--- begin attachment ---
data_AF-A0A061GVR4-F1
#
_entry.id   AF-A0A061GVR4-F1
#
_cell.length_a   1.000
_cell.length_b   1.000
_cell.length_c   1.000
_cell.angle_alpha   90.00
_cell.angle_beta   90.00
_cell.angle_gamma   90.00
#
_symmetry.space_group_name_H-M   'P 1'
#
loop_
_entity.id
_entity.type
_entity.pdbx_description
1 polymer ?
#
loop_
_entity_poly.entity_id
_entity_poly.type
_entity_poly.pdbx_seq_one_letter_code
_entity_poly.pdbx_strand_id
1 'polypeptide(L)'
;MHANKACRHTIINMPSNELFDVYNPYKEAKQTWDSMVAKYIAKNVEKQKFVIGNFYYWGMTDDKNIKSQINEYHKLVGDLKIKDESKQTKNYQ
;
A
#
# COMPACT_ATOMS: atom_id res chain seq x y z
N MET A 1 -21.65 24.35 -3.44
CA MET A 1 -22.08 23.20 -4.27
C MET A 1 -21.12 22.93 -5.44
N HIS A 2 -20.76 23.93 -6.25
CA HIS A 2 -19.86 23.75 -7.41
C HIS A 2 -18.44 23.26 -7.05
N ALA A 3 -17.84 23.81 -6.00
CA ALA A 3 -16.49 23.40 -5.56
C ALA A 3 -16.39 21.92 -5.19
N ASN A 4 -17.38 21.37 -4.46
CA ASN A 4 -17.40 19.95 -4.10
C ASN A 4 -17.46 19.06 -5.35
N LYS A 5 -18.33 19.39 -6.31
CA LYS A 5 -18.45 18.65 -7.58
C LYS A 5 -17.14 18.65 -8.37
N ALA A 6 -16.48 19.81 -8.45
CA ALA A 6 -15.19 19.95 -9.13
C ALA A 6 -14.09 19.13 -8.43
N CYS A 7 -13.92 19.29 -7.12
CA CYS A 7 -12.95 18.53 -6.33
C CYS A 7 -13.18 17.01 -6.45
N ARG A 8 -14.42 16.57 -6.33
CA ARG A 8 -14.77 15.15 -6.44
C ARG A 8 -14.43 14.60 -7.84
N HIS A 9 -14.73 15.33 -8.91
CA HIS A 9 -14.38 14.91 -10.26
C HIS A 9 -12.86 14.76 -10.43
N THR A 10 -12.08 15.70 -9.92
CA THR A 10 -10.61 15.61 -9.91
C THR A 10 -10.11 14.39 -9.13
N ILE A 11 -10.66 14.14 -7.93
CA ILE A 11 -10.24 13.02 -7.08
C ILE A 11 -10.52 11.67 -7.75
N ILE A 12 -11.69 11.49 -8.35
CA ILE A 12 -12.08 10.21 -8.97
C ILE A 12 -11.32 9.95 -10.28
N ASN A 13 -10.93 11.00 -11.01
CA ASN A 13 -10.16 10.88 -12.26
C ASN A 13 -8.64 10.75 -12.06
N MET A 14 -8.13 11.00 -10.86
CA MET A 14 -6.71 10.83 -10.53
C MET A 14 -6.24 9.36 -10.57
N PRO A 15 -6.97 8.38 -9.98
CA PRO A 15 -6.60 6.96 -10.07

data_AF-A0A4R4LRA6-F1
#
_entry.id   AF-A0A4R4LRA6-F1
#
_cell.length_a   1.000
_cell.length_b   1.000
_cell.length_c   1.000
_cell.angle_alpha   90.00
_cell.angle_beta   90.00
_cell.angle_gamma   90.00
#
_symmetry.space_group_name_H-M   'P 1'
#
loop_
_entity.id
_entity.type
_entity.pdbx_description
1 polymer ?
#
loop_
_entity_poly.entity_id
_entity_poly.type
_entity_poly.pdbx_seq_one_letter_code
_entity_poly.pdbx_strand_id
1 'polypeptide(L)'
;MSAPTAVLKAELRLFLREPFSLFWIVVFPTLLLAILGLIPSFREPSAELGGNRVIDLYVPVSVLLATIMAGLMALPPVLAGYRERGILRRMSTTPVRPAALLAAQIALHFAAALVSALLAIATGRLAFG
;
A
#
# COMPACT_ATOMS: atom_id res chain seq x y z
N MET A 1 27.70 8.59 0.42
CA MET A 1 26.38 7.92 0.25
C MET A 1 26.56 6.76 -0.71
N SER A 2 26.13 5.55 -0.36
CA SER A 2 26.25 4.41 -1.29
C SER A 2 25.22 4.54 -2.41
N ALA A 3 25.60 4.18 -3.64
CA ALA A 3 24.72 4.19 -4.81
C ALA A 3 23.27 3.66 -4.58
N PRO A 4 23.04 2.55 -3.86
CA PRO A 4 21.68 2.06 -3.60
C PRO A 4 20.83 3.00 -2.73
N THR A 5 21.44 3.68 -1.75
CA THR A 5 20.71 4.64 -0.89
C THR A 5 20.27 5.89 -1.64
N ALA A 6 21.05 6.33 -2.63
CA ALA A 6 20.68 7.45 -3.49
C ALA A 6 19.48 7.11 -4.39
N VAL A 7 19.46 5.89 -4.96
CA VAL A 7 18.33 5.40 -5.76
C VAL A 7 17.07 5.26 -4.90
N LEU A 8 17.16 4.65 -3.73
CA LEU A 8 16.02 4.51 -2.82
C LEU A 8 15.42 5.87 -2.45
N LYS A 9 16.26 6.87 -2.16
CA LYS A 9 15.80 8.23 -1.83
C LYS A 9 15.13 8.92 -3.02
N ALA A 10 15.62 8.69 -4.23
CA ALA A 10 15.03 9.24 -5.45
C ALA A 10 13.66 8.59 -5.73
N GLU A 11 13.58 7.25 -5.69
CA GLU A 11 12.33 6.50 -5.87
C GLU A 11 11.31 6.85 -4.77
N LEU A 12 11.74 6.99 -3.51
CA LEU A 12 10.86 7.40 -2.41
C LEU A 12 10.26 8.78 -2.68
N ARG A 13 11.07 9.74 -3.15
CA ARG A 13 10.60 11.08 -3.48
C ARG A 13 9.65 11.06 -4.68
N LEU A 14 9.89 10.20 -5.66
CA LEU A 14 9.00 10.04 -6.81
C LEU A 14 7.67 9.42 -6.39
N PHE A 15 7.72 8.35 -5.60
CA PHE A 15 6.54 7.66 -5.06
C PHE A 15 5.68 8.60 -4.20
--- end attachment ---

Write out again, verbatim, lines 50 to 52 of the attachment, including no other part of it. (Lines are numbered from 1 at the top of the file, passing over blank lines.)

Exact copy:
CA CYS A 7 -12.95 18.53 -6.33
C CYS A 7 -13.18 17.01 -6.45
N ARG A 8 -14.42 16.57 -6.33